Friday, June 24, 2011

Letters from Home

I'm thrilled to review my friend and fellow World War II fiction author, Kristina McMorris's debut novel, Letters from Home. Kristina is a delightful person and a wonderful writer.

McMorris brings a different twist to the World War II American home front with a well-crafted story of lies, love, and letters.


At a Chicago USO club dance, college student Liz Stephens meets handsome farmer-turned-private first class Morgan McClain. She tries to ignore their instant attraction since she’s already got her life mapped out: a career as a literature professor and marriage to her longtime boyfriend.

When Liz sees Morgan dancing with her roommate, pin-up worthy Betty Cordell, she tries to forget the whole thing. But Betty asks poetic Liz to ghostwrite Morgan a letter, and Liz reluctantly agrees. Unfortunately, flighty Betty heads off to New Guinea to work as a WAC nurse and tosses Morgan’s memory aside. When a return letter from Morgan arrives at the girls’ Chicago home addressed to Betty, Liz can’t stand the thought of not answering it and resumes the correspondence.

Pretty soon, Morgan and Liz become regular pen pals…except Morgan thinks he’s writing to Betty and not the gorgeous brunette he met—and fell for—at the USO dance. Meanwhile, Julia must choose between her sailor fiancĂ© and a career in fashion while coping with the battle scars of her future brother-in-law. Betty discovers nursing in a tropical location isn’t as glamorous as she hoped with all the bugs, blood, and death, but an Australian airman provides a welcome distraction.

McMorris does a swell job of incorporating vibrant details of the home front into her characters’ everyday lives and manages to convey the gritty realism of war in the European Theater without lapsing into hyperbole. Not all story threads are neatly tied at the novel’s end, which may disappoint some readers, though others may find it symbolic of how war never leaves lives in neatly wrapped packages

11 comments:

Valerie said...

Thanks for the review Melissa-I'm looking forward to reading this.

Although I am one of those readers who usually likes all of the threads tied up, it is a painful truth about wartime that they often weren't. But that's what makes a historical novel ring true.

Melissa Marsh said...

I think you'll really enjoy it, Valerie. :-)

Nicole said...

I really enjoyed Kristina McMorris' Letters from Home - it was one of those books that hooked you and never let go. I'm anxiously awaiting her next one!

I also agree with your note about the ending not being wrapped up in a nice little package - that is the perfect way to describe it.

If you're looking to escape to the 40s for a bit, McMorris will take you there in Letters from Home!

Melissa Marsh said...

It was a really good novel. Glad you enjoyed it, Nicole! I can't wait for her next one, either!

Kristina McMorris said...

Nicole and Melissa - I'm so thrilled you both enjoyed it! Indeed, I've heard from more than a few readers about their wanting a sequel to wrap up some of those "loose threads." :)

A nice tidy package for every major character, in my opinion, wouldn't have justly honored this generation of humble heroes - both on the home- and battle front. As you surmised, I wanted to leave the reader with hope while balancing realism of the times. If I managed to do that, I'm delighted.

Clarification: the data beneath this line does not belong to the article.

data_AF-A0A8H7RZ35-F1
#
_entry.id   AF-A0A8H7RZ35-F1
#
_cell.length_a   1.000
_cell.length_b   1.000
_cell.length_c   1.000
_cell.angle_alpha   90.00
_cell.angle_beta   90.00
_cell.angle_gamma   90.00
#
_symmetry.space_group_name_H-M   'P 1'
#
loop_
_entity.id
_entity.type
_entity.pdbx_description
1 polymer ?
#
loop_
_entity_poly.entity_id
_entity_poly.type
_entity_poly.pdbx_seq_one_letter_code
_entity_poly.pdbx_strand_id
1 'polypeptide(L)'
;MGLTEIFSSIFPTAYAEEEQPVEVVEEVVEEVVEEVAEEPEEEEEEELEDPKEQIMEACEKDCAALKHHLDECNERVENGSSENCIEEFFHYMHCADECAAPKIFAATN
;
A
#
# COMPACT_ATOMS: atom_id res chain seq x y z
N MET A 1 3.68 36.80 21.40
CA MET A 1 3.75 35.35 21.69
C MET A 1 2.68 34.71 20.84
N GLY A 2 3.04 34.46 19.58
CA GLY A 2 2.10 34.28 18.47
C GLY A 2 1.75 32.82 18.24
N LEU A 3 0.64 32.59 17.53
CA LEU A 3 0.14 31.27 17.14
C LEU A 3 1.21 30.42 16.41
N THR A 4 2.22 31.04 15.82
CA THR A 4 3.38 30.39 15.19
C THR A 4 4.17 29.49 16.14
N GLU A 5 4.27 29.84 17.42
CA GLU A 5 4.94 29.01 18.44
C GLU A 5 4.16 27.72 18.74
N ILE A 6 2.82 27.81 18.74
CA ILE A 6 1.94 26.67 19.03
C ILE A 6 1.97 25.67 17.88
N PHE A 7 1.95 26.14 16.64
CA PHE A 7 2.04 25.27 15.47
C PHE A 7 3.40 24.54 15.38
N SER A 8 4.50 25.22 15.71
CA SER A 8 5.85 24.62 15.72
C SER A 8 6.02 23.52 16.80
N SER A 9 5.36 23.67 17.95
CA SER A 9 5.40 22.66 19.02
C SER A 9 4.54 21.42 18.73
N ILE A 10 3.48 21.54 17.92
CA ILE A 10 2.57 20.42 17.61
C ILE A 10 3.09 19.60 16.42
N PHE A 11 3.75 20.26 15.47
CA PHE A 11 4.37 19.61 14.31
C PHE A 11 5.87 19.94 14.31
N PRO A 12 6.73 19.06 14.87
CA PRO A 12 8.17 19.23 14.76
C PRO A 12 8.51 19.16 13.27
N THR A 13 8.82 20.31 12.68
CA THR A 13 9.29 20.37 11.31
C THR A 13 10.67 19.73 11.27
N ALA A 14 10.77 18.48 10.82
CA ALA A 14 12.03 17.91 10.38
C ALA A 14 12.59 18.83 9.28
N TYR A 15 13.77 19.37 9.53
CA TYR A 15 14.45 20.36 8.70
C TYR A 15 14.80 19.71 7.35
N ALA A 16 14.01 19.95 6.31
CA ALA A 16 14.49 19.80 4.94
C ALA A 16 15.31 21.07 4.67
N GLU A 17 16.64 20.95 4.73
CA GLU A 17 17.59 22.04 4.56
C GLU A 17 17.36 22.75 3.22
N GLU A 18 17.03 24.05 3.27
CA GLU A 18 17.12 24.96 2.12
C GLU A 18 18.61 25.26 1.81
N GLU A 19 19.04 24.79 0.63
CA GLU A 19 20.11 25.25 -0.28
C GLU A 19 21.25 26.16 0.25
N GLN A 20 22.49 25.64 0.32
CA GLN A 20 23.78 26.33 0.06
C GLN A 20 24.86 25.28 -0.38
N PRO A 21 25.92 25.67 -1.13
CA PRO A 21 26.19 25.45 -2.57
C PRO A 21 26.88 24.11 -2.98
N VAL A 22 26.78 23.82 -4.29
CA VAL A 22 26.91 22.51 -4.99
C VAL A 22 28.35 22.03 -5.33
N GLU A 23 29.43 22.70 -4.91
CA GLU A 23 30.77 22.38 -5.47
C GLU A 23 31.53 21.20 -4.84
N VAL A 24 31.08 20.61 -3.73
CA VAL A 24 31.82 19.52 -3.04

Valerie - I hope you enjoy the book as well!

And believe me, I can't wait to share the second novel with all of you soon. :)

Linda said...

Melissa, I'm wondering if I found your blog through Karen, or found Karen through your blog, or if there's no connection. Whatever, you might enjoy this blog post by Karen at http://karenlalaniz.blogspot.com/2011/06/photo-friday-question-thats-easy-to.html

Linda

Melissa Marsh said...

Thanks for stopping by, Kristina! I admit, I was one of those readers who wanted to know exactly what happened to each character, but I also think your reasons for not neatly tying everything into a pretty package are very valid.

Though you may have to write a sequel, especially about Betty!!!

Linda - I'm not sure. Will go check that blog now.

Ron Scheer said...

I'm pleased for your friend. That period has to offer such rich material to work with. And people then as always fell in and out of love and learned that there's a price you pay for every choice you make. I hope she finds lots of readers. And loose ends have the magic effect of leaving readers wanting more.

Linda said...

Hi, Melissa, a friend just posted this on Facebook about a movie she highly recommends:

"'Carve Her Name with Pride'". A true story of a young British woman working against the Germans during World War 2. Black and white from 1958. I highly recommend it! It's instant view on Netflix."

I gave her a link to you blog because she's interested in WW II as well.

Linda

Melissa Marsh said...

Ron - I'm fascinated by this time period (can you tell? lol). There's such a richness of emotions to explore...loss, war, love, sacrifice, heroism.

Linda - I've heard of that movie before, but haven't ever watched it. Will have to remedy that. Thanks for the recommendation!

Tiffany said...

Thank you for sharing your review. This looks like a great story from the era. I just finished a great book called "Letters Home," that's the true story of an American woman who was based in Japan just after the war. It's also a great read and compelling tale of life in post World War II Japan. http://lettershomethebook.com